Jim Bodfish, PhD; Professor, Vanderbilt University
Dr. Jim Bodfish is a Professor at the Vanderbilt University Medical Center. He has devoted his career exclusively to research, teaching, and clinical activities in the field of autism and developmental disabilities. His research has focused on the pathogenesis and treatment of autism and related conditions and has been published in a variety of journals including The New England Journal of Medicine, Science, PLoS One, Journal of Autism and Developmental Disorders, Autism Research, the American Journal of Intellectual & Developmental Disabilities, the Journal of Pediatrics, Brain Behavior Research, and Social Cognitive Affective Neuroscience. His research has been continuously funded by NIH since 1992. His service activities have included: standing member of the NIH Childhood Psychopathology and Developmental Disabilities Study Section; Associate Editor of the American Journal of Intellectual and Developmental Disabilities, Editor of Autism: The International Journal; of Research and Practice, Co-Chair of the NC Institute of Medicine Developmental Disabilities Task Force, Governor-appointed member of the Council on Developmental Disabilities; Senate Appointee of the Legislative Study Commission on Autism Spectrum Disorders; expert consultant for the US Department of Justice Civil Rights Division, and faculty member of the International Congress on Movement Disorders.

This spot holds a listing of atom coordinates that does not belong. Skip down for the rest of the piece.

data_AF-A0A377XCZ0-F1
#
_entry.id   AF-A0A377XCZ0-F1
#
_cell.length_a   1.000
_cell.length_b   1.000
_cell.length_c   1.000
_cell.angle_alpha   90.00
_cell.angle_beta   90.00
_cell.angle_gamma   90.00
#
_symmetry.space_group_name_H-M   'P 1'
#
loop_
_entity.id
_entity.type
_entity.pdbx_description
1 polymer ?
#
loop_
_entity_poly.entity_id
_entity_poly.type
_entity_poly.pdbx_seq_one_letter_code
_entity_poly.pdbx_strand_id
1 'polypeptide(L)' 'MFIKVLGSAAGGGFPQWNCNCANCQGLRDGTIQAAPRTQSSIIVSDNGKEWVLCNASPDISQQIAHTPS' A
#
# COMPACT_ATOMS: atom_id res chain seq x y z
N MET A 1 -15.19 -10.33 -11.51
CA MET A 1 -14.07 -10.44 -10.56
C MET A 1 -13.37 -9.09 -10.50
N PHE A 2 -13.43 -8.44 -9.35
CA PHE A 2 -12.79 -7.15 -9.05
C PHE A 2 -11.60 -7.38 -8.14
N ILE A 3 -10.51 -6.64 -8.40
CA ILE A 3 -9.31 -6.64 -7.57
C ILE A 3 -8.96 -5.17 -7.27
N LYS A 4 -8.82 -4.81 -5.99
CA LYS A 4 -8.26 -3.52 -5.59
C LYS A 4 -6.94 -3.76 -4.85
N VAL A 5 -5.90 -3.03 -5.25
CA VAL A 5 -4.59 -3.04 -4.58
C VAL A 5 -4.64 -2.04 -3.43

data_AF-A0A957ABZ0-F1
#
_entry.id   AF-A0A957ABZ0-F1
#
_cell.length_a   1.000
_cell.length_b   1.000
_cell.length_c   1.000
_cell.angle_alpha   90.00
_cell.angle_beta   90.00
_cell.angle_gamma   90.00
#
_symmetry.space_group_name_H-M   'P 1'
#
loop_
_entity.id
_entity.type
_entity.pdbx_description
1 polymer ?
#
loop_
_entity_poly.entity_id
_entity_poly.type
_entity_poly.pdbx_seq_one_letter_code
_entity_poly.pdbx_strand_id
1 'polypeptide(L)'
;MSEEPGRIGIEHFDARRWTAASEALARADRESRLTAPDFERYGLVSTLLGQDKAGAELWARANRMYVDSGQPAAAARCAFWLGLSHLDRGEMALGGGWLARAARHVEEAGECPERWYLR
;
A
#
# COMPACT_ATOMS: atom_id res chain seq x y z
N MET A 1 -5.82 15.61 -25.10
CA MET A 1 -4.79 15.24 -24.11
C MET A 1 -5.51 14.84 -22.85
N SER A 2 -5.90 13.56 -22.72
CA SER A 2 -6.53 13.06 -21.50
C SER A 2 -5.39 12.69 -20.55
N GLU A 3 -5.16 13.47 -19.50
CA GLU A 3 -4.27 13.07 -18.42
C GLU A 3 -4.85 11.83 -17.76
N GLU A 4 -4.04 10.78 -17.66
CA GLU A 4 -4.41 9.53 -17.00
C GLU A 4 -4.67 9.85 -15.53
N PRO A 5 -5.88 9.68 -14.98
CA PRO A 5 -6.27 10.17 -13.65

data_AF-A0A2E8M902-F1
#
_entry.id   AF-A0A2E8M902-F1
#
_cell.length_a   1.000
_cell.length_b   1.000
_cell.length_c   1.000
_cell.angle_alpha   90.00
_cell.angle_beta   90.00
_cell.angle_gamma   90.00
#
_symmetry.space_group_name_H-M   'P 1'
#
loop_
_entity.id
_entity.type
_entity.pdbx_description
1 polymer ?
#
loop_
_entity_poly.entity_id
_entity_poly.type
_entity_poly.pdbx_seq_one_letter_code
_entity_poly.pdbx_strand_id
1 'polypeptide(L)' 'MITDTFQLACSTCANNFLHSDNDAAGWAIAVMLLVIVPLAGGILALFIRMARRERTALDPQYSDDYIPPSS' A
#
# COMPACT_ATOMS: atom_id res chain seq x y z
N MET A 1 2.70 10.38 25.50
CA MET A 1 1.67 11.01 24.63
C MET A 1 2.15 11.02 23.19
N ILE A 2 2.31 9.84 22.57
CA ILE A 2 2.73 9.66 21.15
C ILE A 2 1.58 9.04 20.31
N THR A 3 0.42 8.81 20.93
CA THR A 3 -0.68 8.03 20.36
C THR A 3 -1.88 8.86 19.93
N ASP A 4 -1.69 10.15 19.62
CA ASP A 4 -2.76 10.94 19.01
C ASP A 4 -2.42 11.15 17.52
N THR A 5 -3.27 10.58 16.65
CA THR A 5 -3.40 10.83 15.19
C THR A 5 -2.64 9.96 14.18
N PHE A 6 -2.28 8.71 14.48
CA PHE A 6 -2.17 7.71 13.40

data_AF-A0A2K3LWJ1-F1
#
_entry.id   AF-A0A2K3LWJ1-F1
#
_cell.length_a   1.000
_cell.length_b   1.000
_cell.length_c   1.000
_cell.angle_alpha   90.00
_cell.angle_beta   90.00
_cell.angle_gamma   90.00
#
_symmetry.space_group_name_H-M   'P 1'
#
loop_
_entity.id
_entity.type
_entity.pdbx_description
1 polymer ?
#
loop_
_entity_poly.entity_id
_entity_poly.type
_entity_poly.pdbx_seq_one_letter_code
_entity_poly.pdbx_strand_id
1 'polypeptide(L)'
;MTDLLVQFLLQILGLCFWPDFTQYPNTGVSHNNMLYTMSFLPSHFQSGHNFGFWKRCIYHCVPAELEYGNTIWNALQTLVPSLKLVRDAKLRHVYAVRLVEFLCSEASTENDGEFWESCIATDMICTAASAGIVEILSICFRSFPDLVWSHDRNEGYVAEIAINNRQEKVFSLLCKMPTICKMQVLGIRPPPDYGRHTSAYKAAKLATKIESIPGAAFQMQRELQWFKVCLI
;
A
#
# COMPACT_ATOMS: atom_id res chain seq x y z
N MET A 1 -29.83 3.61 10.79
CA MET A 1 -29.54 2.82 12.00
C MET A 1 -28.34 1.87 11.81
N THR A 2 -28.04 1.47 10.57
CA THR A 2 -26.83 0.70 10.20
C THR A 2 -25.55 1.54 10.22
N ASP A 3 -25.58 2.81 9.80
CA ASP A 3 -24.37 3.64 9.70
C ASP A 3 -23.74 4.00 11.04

Understanding repetitive behaviors and interests in autism.
Repetitive patterns of behavior are a hallmark of autism. However, both the research literature and common practices related to this aspect of autism are mixed on a key issue: Should repetitive behavior be understood as an adaptive response and encouraged, or a challenging behavior to be treated? Many people with autism report that their repetitive behaviors are useful for them and also are an important source of their identity. But, for a minority, more severe forms of repetitive behavior may limit opportunities for development and may cause stress for persons with autism, their families, and their care providers due to the behavior and mood challenges that are associated with inflexibility. How should people with autism, caregivers, and clinicians sort this out? What types of assessments are useful for this aspect of autism? How should we think about supports and interventions for this domain of autism? Can repetitive interests be used to broaden and build other skill areas? What intervention approaches are practical and effective if repetitive interests have become inflexible routines and a source of stress? When a child with autism has difficulty with communication or socialization we intuitively know what to teach to help address this, and a considerable amount of research and practice provide us with guides on how to do this effectively. Unfortunately less is known about repetitive behaviors and as a result practices can vary widely in acceptability, effectiveness, and outcomes. In this talk I’ll review clinical translational research designed to increase our understanding of how repetitive behaviors develop in autism and what functions they seem to serve. I’ll propose a way to help integrate findings from mechanistic research (neuroscience, behavioral science) with valuable information from persons with autism and their families. In addition, I’ll describe how we are beginning to “translate” this research into clinical applications in clinic, home, and school settings.